Shaft considerations for bearing applications part 2: roughness
By Nick Van Tol
In a continuation of our 3-part series, deciding which shaft/pin is best for your application, Part 2 will be a short discussion on the importance of surface roughness. Even if your shaft material is designed with the ideal hardness, the roughness can cause issues and negatively affect your application.
Surface Roughness of Shafting
The roughness of a shaft plays an important part in the life of your application, especially when paired with a self-lubricating bushing. On a microscopic level, a shaft has many peaks and valleys, as seen below.
When the shaft and bushing first begin to interact with each other, a transfer of bushing material, and dry lubricants happens. The valleys are “filled” with the transfer material and create an optimized running surface after the initial break-in period, thus reducing the coefficient of friction, and providing a stabilized wear rate for the life of the application (See Diagram 1). To learn more on this subject, check out this video on the science behind the iglide® plastic materials below:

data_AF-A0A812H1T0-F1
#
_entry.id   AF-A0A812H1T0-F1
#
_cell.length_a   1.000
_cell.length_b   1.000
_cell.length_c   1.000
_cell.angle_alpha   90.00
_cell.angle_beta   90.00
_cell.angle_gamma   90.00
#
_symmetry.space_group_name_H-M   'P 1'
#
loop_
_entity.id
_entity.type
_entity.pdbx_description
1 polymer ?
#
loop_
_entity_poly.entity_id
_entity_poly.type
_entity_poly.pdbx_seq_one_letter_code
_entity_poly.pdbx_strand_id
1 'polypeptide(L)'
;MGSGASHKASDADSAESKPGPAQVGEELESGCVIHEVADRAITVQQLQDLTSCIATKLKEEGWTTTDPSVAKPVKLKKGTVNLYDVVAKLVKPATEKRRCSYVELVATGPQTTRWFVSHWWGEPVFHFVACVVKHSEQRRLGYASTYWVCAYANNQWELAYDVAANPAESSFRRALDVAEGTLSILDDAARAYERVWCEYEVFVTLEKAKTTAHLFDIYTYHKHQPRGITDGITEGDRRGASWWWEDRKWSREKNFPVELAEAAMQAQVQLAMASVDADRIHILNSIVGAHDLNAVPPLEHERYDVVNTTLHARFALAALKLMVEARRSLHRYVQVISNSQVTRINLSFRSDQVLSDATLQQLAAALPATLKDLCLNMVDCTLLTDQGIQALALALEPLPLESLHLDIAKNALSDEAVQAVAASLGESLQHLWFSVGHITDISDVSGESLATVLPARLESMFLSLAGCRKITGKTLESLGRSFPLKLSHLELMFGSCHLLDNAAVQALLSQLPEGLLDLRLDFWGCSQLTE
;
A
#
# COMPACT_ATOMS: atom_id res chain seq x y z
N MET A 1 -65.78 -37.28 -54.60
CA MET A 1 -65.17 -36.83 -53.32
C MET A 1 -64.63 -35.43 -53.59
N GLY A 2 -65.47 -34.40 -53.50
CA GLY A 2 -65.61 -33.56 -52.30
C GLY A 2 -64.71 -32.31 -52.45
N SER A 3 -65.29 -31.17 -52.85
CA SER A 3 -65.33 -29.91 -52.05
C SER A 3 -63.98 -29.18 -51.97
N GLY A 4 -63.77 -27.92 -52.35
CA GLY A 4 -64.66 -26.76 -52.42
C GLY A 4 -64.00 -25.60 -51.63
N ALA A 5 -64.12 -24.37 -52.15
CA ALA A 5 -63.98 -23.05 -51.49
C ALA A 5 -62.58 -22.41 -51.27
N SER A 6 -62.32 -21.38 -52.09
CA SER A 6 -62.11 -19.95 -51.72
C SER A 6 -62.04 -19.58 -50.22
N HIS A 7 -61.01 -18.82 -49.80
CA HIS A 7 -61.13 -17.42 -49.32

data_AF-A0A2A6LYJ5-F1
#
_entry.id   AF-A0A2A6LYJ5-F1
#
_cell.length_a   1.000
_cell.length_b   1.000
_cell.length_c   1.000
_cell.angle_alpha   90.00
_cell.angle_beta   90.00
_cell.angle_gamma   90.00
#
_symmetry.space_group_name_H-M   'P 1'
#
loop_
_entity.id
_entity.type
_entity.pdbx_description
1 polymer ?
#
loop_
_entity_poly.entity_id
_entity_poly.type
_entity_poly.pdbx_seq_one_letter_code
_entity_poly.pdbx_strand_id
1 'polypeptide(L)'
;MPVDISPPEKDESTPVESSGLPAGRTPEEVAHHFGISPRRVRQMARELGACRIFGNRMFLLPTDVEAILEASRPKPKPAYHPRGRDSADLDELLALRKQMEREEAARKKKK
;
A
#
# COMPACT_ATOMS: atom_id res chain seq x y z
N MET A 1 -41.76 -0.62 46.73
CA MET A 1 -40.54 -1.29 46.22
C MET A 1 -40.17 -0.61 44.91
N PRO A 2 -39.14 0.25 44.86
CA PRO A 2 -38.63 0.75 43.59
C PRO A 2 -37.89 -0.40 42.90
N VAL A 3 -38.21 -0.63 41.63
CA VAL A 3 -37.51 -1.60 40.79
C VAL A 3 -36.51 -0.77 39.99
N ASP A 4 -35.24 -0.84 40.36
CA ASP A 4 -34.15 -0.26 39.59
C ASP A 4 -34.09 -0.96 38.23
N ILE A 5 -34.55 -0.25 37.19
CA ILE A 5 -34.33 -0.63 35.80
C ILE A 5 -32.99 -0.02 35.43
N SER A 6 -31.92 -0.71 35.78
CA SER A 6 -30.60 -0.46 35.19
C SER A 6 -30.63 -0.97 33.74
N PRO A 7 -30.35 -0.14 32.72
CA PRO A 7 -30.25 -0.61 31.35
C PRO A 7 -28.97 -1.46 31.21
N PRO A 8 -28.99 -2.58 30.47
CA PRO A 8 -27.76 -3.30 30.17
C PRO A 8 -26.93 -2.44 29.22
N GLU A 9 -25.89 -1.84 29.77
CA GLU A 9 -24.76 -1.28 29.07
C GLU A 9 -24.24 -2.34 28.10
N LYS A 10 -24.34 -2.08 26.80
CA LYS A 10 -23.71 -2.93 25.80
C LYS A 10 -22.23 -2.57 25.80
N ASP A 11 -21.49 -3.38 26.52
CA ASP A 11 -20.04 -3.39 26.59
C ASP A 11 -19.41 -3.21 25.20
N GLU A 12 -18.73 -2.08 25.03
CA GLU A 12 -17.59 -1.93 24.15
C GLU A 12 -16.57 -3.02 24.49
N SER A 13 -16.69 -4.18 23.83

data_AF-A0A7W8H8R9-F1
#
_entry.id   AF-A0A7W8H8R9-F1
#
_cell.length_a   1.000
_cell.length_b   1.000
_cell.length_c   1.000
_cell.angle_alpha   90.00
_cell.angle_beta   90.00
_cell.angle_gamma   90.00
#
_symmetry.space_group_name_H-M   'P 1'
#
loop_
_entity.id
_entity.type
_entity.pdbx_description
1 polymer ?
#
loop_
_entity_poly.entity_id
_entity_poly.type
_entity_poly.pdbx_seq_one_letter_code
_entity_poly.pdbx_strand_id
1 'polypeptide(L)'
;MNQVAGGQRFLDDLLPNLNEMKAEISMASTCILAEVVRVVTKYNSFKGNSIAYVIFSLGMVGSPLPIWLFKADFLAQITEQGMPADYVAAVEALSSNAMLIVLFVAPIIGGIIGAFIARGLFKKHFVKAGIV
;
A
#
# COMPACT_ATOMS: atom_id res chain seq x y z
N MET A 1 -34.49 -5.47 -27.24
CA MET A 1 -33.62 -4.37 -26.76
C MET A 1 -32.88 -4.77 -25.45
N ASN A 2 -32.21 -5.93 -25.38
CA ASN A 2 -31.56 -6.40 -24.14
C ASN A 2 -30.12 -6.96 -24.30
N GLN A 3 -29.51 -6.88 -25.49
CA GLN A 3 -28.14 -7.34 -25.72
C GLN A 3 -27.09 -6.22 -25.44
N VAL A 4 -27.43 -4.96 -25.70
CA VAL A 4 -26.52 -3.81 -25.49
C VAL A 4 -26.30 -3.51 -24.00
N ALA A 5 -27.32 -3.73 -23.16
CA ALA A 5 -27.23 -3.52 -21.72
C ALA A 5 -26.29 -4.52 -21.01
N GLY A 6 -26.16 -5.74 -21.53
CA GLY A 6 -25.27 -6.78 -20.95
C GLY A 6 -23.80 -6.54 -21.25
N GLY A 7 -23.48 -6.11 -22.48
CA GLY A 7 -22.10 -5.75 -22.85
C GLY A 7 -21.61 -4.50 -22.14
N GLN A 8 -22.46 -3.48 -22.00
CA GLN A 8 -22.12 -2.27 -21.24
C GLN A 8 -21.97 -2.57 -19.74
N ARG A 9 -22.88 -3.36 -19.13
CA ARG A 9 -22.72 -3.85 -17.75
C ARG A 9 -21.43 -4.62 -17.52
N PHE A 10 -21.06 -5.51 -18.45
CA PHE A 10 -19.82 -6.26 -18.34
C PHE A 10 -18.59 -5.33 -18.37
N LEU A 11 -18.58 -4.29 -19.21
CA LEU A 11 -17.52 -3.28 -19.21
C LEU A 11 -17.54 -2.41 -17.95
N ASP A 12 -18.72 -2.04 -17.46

What is the ideal surface roughness?
You might think that a “very smooth” surface is the best option. However, having a surface that is too smooth can be just as harmful as having a surface that is too rough. If the surface is too smooth, the transfer of material is not able to take place and you will see an increase in friction due to adhesion. On the other hand, if the surface is too rough the surface will act like a file and removes too much material and will decrease the life of the bushing. The ideal range for iglide bushings is 16-64 RMS for oscillating or pivoting applications, and 8-16 RMS for linear applications.